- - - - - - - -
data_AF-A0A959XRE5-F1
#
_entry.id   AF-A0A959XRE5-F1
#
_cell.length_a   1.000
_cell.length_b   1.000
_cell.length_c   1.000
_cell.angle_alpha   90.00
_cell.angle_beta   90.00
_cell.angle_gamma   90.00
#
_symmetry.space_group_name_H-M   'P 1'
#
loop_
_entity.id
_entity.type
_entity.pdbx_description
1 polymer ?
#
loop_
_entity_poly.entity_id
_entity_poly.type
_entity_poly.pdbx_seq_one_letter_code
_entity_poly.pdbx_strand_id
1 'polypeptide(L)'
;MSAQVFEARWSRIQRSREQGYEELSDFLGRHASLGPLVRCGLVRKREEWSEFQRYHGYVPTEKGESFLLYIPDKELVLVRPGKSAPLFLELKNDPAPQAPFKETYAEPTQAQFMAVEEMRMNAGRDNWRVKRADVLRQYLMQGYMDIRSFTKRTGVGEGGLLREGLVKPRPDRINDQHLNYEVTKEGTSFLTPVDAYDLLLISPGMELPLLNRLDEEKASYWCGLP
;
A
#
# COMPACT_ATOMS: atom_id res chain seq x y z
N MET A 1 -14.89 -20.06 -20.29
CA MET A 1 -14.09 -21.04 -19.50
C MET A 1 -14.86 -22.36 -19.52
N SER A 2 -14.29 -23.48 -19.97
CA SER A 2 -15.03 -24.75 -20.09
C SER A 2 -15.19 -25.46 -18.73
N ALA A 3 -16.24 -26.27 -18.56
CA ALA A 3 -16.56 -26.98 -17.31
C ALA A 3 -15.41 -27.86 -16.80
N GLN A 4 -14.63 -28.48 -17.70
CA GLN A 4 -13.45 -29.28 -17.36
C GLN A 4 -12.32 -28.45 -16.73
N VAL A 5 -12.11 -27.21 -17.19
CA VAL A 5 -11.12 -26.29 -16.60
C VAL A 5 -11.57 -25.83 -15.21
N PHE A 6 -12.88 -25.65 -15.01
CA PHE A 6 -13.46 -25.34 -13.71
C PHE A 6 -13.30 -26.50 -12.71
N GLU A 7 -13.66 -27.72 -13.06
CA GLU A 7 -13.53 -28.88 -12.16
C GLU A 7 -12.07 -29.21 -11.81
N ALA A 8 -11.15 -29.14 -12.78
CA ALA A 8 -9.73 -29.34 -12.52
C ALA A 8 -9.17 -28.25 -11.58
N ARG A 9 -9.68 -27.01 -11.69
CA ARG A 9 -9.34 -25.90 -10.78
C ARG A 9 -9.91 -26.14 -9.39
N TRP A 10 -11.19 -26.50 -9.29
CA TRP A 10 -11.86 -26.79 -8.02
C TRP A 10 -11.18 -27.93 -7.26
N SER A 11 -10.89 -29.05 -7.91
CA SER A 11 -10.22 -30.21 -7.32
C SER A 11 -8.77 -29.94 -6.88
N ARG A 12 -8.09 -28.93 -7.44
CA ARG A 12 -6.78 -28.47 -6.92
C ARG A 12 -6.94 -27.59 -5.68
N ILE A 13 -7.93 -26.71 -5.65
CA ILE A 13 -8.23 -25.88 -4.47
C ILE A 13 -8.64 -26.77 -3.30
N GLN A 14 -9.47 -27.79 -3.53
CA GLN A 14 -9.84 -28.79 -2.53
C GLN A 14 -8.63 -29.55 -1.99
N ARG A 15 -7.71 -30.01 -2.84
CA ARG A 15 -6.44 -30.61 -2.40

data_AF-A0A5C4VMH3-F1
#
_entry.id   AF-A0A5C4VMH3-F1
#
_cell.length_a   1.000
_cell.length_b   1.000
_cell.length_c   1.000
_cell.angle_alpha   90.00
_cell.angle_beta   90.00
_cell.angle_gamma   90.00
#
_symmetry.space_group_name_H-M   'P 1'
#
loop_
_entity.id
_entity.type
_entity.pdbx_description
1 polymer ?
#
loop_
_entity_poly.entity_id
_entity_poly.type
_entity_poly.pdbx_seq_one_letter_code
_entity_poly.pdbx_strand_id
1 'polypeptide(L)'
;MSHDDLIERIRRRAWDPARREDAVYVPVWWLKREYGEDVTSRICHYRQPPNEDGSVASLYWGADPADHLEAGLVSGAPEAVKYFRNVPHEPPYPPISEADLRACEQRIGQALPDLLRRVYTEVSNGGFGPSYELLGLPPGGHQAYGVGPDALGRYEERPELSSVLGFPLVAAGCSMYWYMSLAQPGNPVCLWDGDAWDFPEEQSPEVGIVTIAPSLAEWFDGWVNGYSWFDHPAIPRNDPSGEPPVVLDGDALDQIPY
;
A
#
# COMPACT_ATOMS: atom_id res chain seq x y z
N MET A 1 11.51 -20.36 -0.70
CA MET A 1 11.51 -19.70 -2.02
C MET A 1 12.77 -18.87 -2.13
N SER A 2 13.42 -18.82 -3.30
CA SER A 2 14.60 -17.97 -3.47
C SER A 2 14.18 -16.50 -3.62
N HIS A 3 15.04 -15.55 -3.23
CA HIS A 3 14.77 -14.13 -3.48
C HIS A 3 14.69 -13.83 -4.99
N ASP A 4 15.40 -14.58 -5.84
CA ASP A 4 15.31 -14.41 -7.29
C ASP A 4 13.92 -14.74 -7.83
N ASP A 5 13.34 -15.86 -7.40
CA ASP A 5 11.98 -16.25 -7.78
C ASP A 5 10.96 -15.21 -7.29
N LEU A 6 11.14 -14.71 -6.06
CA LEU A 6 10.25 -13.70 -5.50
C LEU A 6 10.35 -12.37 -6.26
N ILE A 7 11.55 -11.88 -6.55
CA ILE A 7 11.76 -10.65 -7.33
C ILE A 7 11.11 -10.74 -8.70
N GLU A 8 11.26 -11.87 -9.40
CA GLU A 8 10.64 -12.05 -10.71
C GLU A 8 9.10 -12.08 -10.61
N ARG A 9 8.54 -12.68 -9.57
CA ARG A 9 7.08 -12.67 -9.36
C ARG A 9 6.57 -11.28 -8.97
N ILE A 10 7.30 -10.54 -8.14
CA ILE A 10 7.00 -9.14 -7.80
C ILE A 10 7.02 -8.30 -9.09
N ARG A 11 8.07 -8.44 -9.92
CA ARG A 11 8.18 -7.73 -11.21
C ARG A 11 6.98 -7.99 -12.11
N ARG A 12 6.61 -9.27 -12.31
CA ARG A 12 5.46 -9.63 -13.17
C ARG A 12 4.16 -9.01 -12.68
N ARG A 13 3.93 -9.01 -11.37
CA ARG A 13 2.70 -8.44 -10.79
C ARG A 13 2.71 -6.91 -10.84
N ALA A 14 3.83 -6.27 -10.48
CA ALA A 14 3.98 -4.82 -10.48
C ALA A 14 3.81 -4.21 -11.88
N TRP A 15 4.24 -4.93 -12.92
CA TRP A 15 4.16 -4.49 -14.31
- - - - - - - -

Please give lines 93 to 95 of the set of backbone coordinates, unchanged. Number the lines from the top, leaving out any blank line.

#
loop_
_entity_poly.entity_id